Nurses across the country are among millions of users posting short, expressive videos on the fast-growing and often controversial social media platform TikTok.
Generation Z and millennial nurses told Nurse.com the posts help to relieve job stress, educate people about what they do and are just plain fun to create and view.
Those benefits are relevant considering the high turnover rate among new nurses. A study published in 2014 in the journal Policy, Politics & Nursing Practice found about 17.5% of newly-licensed RNs leave their first nursing jobs within a year and 33.5% leave within two years.
The TikTok videos by nurses, in which they poke fun at their jobs or take a lighthearted look at the reality of what they do, raise concerns about professionalism in some cases. For example, a nurse posted a TikTok video about giving a flu shot. This particular nurse also mocked patients for faking pain.
And the social media app has come under scrutiny for its practices and politics. Specifically, there have been lawsuits looking at TikTok’s parent company, ByteDance, and how it handles young users’ data, as well as TikTok’s ties to the government.
Good or bad, the reality is nurses are using the app, which reportedly has more than 1 billion users worldwide.
We talked with three nurses who find TikTok a great way to connect and be heard. They shared their thoughts about using the platform as nurses.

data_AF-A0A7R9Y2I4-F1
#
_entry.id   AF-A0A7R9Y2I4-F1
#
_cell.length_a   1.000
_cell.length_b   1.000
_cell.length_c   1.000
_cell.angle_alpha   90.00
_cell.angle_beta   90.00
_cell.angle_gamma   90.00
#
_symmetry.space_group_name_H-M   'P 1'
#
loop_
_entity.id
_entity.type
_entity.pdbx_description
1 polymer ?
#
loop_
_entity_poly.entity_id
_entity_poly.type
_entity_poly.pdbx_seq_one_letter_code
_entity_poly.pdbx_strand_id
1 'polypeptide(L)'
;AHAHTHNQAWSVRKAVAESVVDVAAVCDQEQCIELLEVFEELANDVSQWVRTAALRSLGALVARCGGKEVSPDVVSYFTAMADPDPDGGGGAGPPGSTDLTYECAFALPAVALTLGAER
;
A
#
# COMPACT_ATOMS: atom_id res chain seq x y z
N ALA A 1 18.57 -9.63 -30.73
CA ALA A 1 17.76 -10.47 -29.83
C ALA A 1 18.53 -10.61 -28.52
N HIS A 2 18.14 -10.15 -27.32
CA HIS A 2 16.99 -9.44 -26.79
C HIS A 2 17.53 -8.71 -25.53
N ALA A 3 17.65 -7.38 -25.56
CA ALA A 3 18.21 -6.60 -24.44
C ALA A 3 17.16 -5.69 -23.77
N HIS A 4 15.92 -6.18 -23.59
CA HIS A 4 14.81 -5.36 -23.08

Rattay’s take on TikTok
Andrew Rattay, BSN, RN
At age 25, Andrew Rattay, BSN, RN, has practiced in a community hospital’s critical care unit for about a year.
Rattay said he stumbled onto TikTok when he noticed his girlfriend and her friend laughing hysterically as they shared videos.
He has been posting on TikTok since September 2019 and has about 51,000 followers, many of whom he said are nurses and CNAs.
“In my bio on TikTok, it states that nurses can be stressed at times. Let’s change that,” he said. “I’m trying with my content to relieve a lot of the stress from the nursing community and create a funny content base for nurses and healthcare providers.”
“Whenever they are on their little breaks, they can scroll through TikTok, see something relatable, laugh about it and then sort of be inspired to go back to work feeling refreshed,” Rattay added.
Nurses seem to flock to TikTok, according to Rattay, and whether they’re posting malicious content or not, it’s still somewhat relatable and makes other nurses feel a sense of community.
In one video post, Rattay is starting an IV for another nurse who asked for help. He gets the IV started and tries to be humble but has that big-head moment.
Still, Rattay has boundaries about what to post and what not to post. Walking the fine line between being real and professional isn’t always easy, he said.
“I know potentially millions of people are going to see what I post, so I need to be careful and kind of tread lightly,” he …read more
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